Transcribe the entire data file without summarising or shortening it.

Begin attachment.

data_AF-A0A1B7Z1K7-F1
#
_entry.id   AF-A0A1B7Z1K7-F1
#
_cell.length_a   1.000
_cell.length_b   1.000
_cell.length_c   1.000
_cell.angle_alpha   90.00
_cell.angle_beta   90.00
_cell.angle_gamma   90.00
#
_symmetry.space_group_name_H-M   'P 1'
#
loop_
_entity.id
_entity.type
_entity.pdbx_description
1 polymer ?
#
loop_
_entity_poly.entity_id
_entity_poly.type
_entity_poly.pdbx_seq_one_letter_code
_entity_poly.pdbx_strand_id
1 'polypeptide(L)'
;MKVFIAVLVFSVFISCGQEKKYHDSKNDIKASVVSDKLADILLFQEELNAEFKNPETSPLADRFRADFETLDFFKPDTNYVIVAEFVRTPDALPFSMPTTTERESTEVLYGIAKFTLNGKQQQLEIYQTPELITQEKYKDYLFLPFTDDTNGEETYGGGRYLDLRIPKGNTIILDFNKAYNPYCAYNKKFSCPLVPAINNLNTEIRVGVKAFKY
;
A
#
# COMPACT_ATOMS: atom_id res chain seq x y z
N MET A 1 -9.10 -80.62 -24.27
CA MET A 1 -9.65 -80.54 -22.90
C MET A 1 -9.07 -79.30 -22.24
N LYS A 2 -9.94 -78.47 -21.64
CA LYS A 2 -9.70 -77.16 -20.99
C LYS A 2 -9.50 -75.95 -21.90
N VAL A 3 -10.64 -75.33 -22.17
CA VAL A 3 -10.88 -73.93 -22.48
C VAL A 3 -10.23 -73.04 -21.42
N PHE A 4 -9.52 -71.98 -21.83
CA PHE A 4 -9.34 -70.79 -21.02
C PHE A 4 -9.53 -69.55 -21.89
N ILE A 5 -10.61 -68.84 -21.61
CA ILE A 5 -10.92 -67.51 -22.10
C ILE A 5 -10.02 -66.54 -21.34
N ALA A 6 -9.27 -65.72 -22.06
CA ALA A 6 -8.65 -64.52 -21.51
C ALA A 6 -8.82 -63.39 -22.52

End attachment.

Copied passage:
data_AF-A0A1B7Z1K7-F1
#
_entry.id   AF-A0A1B7Z1K7-F1
#
_cell.length_a   1.000
_cell.length_b   1.000
_cell.length_c   1.000
_cell.angle_alpha   90.00
_cell.angle_beta   90.00
_cell.angle_gamma   90.00
#
_symmetry.space_group_name_H-M   'P 1'
#
loop_
_entity.id
_entity.type
_entity.pdbx_description
1 polymer ?
#
loop_
_entity_poly.entity_id
_entity_poly.type
_entity_poly.pdbx_seq_one_letter_code
_entity_poly.pdbx_strand_id
1 'polypeptide(L)'
;MKVFIAVLVFSVFISCGQEKKYHDSKNDIKASVVSDKLADILLFQEELNAEFKNPETSPLADRFRADFETLDFFKPDTNYVIVAEFVRTPDALPFSMPTTTERESTEVLYGIAKFTLNGKQQQLEIYQTPELITQEKYKDYLFLPFTDDTNGEETYGGGRYLDLRIPKGNTIILDFNKAYNPYCAYNKKFSCPLVPAINNLNTEIRVGVKAFKY
;
A
#
# COMPACT_ATOMS: atom_id res chain seq x y z
N MET A 1 -9.10 -80.62 -24.27
CA MET A 1 -9.65 -80.54 -22.90
C MET A 1 -9.07 -79.30 -22.24
N LYS A 2 -9.94 -78.47 -21.64
CA LYS A 2 -9.70 -77.16 -20.99
C LYS A 2 -9.50 -75.95 -21.90
N VAL A 3 -10.64 -75.33 -22.17
CA VAL A 3 -10.88 -73.93 -22.48
C VAL A 3 -10.23 -73.04 -21.42
N PHE A 4 -9.52 -71.98 -21.83
CA PHE A 4 -9.34 -70.79 -21.02
C PHE A 4 -9.53 -69.55 -21.89
N ILE A 5 -10.61 -68.84 -21.61
CA ILE A 5 -10.92 -67.51 -22.10
C ILE A 5 -10.02 -66.54 -21.34
N ALA A 6 -9.27 -65.72 -22.06
CA ALA A 6 -8.65 -64.52 -21.51
C ALA A 6 -8.82 -63.39 -22.52